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Box Mines Discovered Near DPRK-ROK Border

One of the North Korean wooden box land mines that may have been washed into South Korea by heavy flooding in the North. (Yonhap)

A 45-year old South Korean man was killed Saturday (31 July) and his 25-year old companion was injured when a wooden box land mine they found while fishing exploded.  The box land mines were part of a cache of about 36 discovered by ROK authorities near the Imjin River, at the DPRK-ROK border.  Box land mines were also discovered by local citizens on nearby islands.  It is currently believed that the mines made their way south due to heavy rains inundating Kaesong and its surrounding areas in the DPRK.

JoongAng Ilbo reports:

Two local residents, a 48-year-old man named Han and his 25-year-old nephew Kim, were returning home from fishing near the Imjin River when they picked up two wooden boxes from a field of reeds at the river. The box Han was carrying exploded, killing him immediately, while Kim, who was five or six meters (16-20 feet) behind, suffered injuries to the face and the arms. Kim was transferred to the hospital and is in stable condition.

Earlier in the day, a resident of Jumun Island in Ganghwa, Incheon, found a similar mine and reported it to the military.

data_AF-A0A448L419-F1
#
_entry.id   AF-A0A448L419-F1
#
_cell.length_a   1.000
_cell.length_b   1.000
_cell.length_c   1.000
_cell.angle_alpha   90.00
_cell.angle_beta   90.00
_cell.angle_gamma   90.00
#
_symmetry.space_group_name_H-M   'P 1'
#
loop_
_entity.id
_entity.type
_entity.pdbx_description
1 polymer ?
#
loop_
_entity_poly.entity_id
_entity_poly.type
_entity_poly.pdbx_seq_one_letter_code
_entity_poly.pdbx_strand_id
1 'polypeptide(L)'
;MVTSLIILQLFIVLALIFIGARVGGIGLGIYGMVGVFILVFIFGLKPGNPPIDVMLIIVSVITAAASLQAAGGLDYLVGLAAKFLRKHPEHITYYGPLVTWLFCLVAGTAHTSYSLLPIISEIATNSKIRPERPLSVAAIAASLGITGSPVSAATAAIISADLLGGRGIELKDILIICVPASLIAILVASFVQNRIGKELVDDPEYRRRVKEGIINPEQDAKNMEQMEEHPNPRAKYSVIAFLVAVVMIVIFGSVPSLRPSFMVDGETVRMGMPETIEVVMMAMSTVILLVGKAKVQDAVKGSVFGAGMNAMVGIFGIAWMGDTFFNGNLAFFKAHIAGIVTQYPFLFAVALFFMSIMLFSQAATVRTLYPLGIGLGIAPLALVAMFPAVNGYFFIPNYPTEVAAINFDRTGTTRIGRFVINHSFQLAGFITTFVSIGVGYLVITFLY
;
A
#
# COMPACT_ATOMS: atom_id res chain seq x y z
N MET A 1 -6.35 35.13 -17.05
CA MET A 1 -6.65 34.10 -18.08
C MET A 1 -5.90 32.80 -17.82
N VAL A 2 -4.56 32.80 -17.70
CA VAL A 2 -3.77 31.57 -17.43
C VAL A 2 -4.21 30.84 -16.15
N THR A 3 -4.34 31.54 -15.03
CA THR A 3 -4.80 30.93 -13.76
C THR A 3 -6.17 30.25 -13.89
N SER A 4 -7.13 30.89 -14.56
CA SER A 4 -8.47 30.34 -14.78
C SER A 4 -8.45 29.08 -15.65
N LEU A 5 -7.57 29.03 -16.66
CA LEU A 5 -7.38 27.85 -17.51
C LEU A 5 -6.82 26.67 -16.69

The military and police searched the area and found 16 other wooden boxes on the coast of nearby islands. Eight contained mines. After the fatal accident near the Imjin, the military discovered 19 other box mines in the area. Another one was found in the lower reaches of the Han River.

“The land mines discovered at the Imjin River didn’t have safety pins, so they appear to have been buried and deployed,” said the Joint Chiefs of Staff in a statement. “But the mines found on the island near Ganghwa had safety pins, so it is presumed they came from some kind of storage facility.”

The box mines were 20-centimeters wide, 9-centimeters long and 4-centimeters tall. They are designed to explode when the box’s cover is opened or a certain amount of pressure is put on it.

The military said it is widening its search along rivers and streams linked to North Korea, including the Han River.

South Korean soldiers yesterday search for mines in Yeoncheon County, Gyeonggi. (Yonhap)

Korea Times reports on previous interactions in the neighborhood:

Soldiers and police said Saturday that they have retrieved 33 wooden boxes containing mines since the launch of a joint search Friday along the streams connected to the Imjin River, running through the country’s heavily fortified border with the communist North.

An official at the Joint Chiefs of Staff said the landmines appear to have washed up on the riverside after drifting down from the North.

“We assume that the wooden-boxed landmines buried or in reserve on the North Korean side have drifted southward amid heavy downpours,” the official said, requesting anonymity due to the sensitivity of the issue.

Heavy rain has hit the northern part of the Korean Peninsula in recent weeks, swelling water levels. The North has discharged water from dams north of the river flowing into South Korea.